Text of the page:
Susan Gritton sings Finzi, Britten and Delius – BBC SO, Edward Gardner
The Musical Director of ENO here conducts a superb programme of works by three English composers.
The quintessence of Finzi, Dies natalis sets texts by the seventeenth-century poet Thomas Traherne, which reflect the joy and wonder of a newborn child’s innocent perspective on the world. The richly textured, resourceful string writing and the long melodic lines are hallmarks of Finzi’s style. The subtle inflections of the word-setting and lyricism have attracted many leading vocalists both in concert and on disc. Although particularly associated with the tenor voice, Dies natalis was premiered by a soprano, and it is increasingly performed with the original voice type.
Here, for the first time on disc, is the version of Delius’s A Late Lark for soprano voice and it is currently the only available recording of the work. A setting of W.E. Henley’s poem ‘I.M. Margaritæ Sorori’, it offers a lovely lyrical reflection of the serene acceptance of death and is especially poignant as it was one of Delius’s last works. Eric Fenby, Delius’s friend and amanuensis, recalls that one day after he had read the poem through to Delius, ‘and had finished playing his setting, [Delius] said, “Yes, that is how I want to go.”’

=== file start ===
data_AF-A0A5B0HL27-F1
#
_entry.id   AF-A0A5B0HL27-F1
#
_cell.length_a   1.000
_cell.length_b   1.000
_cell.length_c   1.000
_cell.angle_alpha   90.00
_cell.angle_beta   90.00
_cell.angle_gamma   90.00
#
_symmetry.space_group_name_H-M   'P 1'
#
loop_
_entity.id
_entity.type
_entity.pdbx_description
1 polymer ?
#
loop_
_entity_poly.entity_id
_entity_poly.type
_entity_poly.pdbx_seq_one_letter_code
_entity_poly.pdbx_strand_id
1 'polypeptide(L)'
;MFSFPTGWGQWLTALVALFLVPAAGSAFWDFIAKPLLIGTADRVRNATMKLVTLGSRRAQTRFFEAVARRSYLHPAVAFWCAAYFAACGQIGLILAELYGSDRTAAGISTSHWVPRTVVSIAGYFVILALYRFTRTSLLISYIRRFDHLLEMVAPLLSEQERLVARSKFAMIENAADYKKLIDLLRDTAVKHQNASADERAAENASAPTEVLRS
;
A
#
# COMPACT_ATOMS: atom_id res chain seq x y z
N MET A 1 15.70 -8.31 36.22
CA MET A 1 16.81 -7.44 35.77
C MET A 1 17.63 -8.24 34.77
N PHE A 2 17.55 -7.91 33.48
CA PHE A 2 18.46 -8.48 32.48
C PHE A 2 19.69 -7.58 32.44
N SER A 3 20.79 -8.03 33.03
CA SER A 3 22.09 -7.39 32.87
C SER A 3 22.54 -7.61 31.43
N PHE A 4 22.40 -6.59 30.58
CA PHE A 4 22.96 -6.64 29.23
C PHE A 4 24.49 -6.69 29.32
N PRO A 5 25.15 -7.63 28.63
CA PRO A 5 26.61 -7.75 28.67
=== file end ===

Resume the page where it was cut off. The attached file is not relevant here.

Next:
Susan Gritton, one of Britain’s leading lyric sopranos, who also appears on Chandos’ Grammy Award© winning recording of Paul Bunyan, here includes the Quatre Chansons françaises, the most significant work of Britten’s juvenilia. The songs, to texts by Verlaine and Hugo, were composed between June and August 1928 when Britten was a mere fourteen, and demonstrate the flair for instrumental colour that was to become the hallmark of the mature composer. The album is completed by the later song cycle Les Illuminations which offers a further development in his exploration of the orchestral song cycle, a genre that Britten was to make very much his own during his career.